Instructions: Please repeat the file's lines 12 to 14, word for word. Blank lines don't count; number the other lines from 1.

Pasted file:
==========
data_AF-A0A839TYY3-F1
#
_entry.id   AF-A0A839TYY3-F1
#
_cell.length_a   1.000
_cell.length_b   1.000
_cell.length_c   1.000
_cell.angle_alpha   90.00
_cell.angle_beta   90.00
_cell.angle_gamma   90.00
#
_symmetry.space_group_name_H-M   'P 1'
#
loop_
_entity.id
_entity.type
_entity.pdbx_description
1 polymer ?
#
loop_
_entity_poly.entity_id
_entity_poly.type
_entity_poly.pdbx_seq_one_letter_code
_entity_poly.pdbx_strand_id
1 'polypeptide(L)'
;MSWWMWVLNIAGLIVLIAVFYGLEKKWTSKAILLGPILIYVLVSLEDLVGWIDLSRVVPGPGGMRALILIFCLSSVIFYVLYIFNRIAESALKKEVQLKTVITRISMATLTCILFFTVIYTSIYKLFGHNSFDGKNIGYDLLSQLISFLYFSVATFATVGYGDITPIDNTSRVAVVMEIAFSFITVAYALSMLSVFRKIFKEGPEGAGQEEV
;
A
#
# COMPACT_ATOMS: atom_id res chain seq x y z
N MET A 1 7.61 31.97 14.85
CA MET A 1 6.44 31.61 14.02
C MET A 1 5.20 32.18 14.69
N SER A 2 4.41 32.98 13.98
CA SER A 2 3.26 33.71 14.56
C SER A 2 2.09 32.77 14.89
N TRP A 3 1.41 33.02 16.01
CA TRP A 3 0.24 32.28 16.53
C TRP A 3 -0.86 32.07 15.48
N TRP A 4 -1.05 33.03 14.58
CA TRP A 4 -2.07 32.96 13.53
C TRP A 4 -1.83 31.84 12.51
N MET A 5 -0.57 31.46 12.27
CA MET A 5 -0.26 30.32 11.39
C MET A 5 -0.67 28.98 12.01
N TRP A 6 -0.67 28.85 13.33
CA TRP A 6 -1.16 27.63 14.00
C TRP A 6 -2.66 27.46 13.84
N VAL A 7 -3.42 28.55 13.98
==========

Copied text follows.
_symmetry.space_group_name_H-M   'P 1'
#
loop_